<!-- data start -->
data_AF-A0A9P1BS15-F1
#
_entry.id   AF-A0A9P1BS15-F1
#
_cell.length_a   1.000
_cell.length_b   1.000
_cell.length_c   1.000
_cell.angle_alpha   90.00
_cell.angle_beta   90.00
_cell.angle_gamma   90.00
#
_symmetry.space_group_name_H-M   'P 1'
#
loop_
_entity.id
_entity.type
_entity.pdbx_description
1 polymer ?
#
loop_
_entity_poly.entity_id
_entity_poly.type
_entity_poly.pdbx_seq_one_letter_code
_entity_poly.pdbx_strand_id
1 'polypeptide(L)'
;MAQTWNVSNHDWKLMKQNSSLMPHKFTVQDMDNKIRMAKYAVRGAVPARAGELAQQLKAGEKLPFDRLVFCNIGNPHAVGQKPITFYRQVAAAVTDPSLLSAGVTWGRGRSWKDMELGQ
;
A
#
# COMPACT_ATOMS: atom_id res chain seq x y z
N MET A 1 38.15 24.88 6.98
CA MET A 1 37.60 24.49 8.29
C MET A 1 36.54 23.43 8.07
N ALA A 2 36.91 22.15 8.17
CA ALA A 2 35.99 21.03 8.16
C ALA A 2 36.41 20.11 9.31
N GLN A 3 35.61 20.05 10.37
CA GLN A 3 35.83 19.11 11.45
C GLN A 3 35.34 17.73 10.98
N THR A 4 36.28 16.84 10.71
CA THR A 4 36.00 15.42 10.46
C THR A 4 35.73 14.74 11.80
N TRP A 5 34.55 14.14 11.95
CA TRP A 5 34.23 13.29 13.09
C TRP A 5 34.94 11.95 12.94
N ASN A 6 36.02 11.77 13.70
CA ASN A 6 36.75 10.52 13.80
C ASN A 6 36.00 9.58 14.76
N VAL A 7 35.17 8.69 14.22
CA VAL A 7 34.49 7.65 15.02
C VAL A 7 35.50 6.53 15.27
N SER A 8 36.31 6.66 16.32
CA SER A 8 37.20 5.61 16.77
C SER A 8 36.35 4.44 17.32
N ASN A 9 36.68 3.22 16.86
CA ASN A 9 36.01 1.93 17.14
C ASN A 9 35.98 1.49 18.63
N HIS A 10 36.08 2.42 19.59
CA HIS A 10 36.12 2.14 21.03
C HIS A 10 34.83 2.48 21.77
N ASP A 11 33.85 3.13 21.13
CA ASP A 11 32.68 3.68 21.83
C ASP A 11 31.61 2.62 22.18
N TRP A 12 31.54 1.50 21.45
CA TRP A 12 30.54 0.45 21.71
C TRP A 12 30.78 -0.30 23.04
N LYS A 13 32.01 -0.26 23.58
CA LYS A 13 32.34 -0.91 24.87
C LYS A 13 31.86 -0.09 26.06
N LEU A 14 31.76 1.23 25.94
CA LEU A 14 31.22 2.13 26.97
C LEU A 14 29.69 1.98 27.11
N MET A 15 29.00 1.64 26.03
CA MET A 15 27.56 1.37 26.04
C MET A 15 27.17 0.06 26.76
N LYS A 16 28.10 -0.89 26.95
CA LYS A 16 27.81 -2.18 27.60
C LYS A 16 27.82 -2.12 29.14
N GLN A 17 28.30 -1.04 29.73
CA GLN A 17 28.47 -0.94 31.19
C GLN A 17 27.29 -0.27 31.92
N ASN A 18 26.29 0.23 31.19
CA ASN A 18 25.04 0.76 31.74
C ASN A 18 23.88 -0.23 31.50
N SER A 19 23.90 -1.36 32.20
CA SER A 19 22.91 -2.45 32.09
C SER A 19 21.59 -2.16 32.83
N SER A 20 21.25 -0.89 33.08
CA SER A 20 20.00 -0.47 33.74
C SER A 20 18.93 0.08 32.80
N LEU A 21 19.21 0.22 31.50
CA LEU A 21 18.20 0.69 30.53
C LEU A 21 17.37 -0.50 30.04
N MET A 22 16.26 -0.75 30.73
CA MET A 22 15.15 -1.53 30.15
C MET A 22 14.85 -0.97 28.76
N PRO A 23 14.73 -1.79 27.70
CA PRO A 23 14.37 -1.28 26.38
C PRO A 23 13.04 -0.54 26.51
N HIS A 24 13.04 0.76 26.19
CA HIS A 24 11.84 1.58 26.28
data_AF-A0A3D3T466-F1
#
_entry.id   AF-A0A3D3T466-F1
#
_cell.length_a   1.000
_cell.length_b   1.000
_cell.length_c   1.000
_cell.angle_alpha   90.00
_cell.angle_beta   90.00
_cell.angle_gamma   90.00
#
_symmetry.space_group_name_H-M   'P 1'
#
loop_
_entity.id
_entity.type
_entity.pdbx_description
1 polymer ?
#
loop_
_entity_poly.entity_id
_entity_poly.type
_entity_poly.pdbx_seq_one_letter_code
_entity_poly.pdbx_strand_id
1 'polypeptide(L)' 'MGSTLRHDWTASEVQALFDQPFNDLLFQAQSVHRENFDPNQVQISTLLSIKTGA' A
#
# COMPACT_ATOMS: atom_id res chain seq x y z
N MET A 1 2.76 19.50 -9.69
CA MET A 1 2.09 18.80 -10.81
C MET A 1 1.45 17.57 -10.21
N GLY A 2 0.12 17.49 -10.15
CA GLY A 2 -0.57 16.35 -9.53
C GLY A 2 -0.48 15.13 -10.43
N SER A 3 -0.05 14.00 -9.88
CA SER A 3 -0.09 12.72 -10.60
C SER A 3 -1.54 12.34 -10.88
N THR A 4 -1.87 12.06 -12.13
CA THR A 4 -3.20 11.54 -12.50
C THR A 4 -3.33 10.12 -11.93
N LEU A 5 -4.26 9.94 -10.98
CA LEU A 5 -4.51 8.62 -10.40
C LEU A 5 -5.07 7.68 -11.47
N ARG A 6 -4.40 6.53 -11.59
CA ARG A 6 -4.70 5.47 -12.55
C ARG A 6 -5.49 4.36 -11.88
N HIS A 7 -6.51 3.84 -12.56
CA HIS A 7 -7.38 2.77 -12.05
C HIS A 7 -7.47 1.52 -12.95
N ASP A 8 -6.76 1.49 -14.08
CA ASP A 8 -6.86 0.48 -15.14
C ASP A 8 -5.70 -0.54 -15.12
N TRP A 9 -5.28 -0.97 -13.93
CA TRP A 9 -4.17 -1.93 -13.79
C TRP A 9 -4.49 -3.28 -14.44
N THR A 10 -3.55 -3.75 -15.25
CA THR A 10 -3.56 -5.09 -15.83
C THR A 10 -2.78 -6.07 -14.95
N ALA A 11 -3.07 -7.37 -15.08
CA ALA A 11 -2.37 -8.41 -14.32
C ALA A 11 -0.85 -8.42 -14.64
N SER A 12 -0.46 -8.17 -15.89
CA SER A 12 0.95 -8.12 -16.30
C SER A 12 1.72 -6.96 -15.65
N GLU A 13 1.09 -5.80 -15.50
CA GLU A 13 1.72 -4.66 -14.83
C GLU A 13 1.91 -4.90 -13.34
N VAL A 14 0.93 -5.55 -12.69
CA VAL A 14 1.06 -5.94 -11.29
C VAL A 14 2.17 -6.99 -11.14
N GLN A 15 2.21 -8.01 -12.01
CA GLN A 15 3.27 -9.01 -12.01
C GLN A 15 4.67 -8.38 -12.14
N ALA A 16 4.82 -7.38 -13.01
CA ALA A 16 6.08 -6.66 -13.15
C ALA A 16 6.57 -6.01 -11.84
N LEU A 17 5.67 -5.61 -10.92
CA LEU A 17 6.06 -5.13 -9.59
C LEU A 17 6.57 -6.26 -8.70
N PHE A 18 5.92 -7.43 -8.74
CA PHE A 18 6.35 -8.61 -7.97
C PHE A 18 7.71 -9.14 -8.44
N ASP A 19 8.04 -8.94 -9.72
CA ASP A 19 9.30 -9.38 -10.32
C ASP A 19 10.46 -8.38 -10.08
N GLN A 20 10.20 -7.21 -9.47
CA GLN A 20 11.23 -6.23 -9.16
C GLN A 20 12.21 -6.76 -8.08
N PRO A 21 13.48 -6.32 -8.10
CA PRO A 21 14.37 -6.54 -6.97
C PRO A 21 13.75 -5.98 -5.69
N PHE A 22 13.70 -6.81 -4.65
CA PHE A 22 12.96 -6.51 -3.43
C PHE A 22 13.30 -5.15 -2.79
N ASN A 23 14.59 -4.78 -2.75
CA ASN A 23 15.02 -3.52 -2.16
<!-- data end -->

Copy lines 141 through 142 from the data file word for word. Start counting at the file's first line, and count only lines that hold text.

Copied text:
N LEU A 5 -4.26 9.94 -10.98
CA LEU A 5 -4.51 8.62 -10.40